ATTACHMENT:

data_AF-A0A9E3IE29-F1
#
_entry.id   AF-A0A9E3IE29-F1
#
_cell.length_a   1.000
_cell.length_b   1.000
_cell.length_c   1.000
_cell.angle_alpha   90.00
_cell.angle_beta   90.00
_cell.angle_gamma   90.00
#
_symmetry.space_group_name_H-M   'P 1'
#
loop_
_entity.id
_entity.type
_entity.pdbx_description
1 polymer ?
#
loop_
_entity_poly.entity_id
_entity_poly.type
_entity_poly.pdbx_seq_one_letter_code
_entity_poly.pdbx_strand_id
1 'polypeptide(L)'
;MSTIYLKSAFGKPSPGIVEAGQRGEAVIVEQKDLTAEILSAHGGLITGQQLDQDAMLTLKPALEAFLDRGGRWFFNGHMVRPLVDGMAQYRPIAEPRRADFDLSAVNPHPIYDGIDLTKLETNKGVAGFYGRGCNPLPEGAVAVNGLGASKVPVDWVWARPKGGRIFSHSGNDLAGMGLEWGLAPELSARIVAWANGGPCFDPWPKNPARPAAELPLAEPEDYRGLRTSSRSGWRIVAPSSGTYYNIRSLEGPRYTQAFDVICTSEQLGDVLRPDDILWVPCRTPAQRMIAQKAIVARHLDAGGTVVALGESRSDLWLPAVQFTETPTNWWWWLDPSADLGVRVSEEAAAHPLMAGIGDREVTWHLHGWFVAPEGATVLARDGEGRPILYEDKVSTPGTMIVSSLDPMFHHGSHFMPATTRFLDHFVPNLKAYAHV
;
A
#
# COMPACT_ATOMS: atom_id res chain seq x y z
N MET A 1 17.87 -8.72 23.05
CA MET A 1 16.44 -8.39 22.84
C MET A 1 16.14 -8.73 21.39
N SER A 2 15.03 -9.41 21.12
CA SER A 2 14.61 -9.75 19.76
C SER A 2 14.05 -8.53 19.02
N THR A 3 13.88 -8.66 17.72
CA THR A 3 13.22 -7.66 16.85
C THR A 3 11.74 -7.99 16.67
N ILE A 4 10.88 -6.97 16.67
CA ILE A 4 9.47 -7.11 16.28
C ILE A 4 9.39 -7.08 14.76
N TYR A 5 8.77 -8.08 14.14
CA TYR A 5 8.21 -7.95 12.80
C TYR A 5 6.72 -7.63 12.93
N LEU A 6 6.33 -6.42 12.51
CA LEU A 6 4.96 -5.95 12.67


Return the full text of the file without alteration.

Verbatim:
data_AF-A0A9E3IE29-F1
#
_entry.id   AF-A0A9E3IE29-F1
#
_cell.length_a   1.000
_cell.length_b   1.000
_cell.length_c   1.000
_cell.angle_alpha   90.00
_cell.angle_beta   90.00
_cell.angle_gamma   90.00
#
_symmetry.space_group_name_H-M   'P 1'
#
loop_
_entity.id
_entity.type
_entity.pdbx_description
1 polymer ?
#
loop_
_entity_poly.entity_id
_entity_poly.type
_entity_poly.pdbx_seq_one_letter_code
_entity_poly.pdbx_strand_id
1 'polypeptide(L)'
;MSTIYLKSAFGKPSPGIVEAGQRGEAVIVEQKDLTAEILSAHGGLITGQQLDQDAMLTLKPALEAFLDRGGRWFFNGHMVRPLVDGMAQYRPIAEPRRADFDLSAVNPHPIYDGIDLTKLETNKGVAGFYGRGCNPLPEGAVAVNGLGASKVPVDWVWARPKGGRIFSHSGNDLAGMGLEWGLAPELSARIVAWANGGPCFDPWPKNPARPAAELPLAEPEDYRGLRTSSRSGWRIVAPSSGTYYNIRSLEGPRYTQAFDVICTSEQLGDVLRPDDILWVPCRTPAQRMIAQKAIVARHLDAGGTVVALGESRSDLWLPAVQFTETPTNWWWWLDPSADLGVRVSEEAAAHPLMAGIGDREVTWHLHGWFVAPEGATVLARDGEGRPILYEDKVSTPGTMIVSSLDPMFHHGSHFMPATTRFLDHFVPNLKAYAHV
;
A
#
# COMPACT_ATOMS: atom_id res chain seq x y z
N MET A 1 17.87 -8.72 23.05
CA MET A 1 16.44 -8.39 22.84
C MET A 1 16.14 -8.73 21.39
N SER A 2 15.03 -9.41 21.12
CA SER A 2 14.61 -9.75 19.76
C SER A 2 14.05 -8.53 19.02
N THR A 3 13.88 -8.66 17.72
CA THR A 3 13.22 -7.66 16.85
C THR A 3 11.74 -7.99 16.67
N ILE A 4 10.88 -6.97 16.67
CA ILE A 4 9.47 -7.11 16.28
C ILE A 4 9.39 -7.08 14.76
N TYR A 5 8.77 -8.08 14.14
CA TYR A 5 8.21 -7.95 12.80
C TYR A 5 6.72 -7.63 12.93
N LEU A 6 6.33 -6.42 12.51
CA LEU A 6 4.96 -5.95 12.67